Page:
If your multiples are sharing a room, let them get accustomed to it from the first night. "I worried that one baby's cries might awaken the others, so at the first peep I'd whisk the fussy baby out of the nursery," LaPadula says. "Big mistake! I was back and forth all night. Once I let them get used to each other's noises, they learned to settle themselves back to sleep."
Ideally, you should synchronize the babies' nap and nighttime schedule. It can take weeks, but hang in there. "Early on, when at least one baby was always awake during the day, life was constant chaos," LaPadula admits. "Finally, we instituted a schedule: breakfast at 8:00 a.m., nap at 10:00 a.m., lunch at noon, walk at 1:00 p.m. Now they never fuss about napping."
Establish a soothing nighttime ritual -- a quiet lullaby in the rocking chair, with the lights off -- that lets the babies know it's time to wind down. Then put them to bed at the same time. Make an exception, however, if your twins' sleep needs differ greatly. "Megan sleeps 12 hours, from 7:00 p.m. to 7:00 a.m., but Jonathan just doesn't require as much sleep," McClanahan says. "If I put him to bed before 9:30, he'll be up before 5:00 a.m."
To stave off your own sleep deprivation, take advantage of any opportunity to get some shut-eye. Have your husband handle one nighttime feeding or at least the early-morning breakfast bottles on weekends. If you're nursing, have him bring the hungry babies to you in bed; when the feeding is over, he can change diapers and settle the infants back to sleep. During the day, nap when your babies nap, even if it's just a 20-minute snooze in the rocking chair.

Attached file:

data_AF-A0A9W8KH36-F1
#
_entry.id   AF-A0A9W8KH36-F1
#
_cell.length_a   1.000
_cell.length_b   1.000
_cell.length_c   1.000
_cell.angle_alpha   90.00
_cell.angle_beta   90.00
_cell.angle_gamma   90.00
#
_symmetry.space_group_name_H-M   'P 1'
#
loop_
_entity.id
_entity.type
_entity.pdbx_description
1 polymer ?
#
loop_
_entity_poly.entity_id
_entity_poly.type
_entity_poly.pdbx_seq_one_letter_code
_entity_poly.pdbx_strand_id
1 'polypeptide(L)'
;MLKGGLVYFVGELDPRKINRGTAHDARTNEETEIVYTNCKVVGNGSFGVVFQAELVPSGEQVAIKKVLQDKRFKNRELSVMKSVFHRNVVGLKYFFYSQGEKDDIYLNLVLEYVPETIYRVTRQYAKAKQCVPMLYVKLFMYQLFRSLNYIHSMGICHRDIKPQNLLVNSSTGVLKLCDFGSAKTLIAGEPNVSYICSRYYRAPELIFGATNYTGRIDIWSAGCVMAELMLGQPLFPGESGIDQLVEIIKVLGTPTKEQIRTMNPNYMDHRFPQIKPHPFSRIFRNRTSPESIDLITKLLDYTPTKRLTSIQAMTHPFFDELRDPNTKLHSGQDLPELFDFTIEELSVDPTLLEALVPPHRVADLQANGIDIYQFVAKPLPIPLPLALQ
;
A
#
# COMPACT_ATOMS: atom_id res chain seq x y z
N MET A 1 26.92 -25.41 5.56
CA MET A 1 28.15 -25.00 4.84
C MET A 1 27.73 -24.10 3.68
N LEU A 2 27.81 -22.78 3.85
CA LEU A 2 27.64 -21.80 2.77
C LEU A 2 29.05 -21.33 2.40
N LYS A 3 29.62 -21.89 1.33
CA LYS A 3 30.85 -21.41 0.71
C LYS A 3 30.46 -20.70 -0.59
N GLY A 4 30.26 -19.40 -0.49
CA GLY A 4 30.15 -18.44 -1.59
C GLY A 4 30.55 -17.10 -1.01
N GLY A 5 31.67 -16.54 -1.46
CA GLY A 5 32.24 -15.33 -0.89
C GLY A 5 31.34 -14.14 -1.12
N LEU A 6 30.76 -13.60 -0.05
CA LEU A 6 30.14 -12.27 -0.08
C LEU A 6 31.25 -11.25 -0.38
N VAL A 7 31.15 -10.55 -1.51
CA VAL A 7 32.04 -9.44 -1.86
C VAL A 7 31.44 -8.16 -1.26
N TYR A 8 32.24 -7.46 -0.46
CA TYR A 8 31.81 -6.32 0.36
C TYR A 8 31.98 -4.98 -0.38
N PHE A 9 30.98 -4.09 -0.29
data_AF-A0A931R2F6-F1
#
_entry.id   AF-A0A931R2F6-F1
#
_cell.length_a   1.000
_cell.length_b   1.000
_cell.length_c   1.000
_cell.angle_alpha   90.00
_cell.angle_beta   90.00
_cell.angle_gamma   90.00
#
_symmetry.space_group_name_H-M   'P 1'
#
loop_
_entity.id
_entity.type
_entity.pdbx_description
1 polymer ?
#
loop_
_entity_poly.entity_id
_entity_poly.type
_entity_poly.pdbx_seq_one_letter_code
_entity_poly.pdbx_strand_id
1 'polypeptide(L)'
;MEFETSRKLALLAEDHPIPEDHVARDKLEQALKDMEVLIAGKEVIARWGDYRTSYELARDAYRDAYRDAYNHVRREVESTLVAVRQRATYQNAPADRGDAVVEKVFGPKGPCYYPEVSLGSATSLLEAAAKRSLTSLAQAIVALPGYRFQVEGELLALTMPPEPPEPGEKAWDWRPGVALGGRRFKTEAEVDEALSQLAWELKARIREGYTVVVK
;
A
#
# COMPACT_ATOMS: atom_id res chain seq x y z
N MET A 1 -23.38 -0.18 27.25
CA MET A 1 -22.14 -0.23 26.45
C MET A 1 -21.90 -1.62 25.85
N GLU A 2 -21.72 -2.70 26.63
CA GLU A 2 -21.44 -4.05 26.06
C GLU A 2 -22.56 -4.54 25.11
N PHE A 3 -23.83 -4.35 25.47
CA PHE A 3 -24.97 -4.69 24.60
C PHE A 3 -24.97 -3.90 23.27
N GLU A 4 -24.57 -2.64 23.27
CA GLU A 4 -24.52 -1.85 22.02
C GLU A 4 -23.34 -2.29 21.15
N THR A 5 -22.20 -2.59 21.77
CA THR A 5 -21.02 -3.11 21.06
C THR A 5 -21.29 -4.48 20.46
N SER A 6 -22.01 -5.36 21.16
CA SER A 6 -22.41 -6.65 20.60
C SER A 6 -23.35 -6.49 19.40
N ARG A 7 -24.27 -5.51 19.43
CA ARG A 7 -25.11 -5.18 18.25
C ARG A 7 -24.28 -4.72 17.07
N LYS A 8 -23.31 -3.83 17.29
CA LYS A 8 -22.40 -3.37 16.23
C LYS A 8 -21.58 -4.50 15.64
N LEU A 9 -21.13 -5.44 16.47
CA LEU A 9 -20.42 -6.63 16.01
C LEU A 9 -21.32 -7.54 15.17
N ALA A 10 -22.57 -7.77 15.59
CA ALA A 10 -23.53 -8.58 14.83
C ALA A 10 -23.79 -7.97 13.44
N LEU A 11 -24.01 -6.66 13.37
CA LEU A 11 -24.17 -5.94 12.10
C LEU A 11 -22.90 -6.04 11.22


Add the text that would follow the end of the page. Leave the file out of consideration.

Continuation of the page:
Or try this favorite strategy of mine: Whenever my twins were asleep in their car seats after an outing, I'd park in the driveway, recline my seat, and take a nap with them.
Whenever your new life seems crazy despite your best efforts, keep in mind that things will soon calm down. Moms of multiples almost all agree that the first year is the most demanding. "Life gets easier with each milestone -- getting over colic, sleeping through the night, spacing out feedings. By the time your babies start amusing each other, the initial phase will be over," Dr. Pearlman says. And remember: Your hands are fuller than most parents', but so is your heart.
Copyright © 2000 Emily Perlman Abedon. Reprinted with permission from the November 2000 issue of Parents magazine.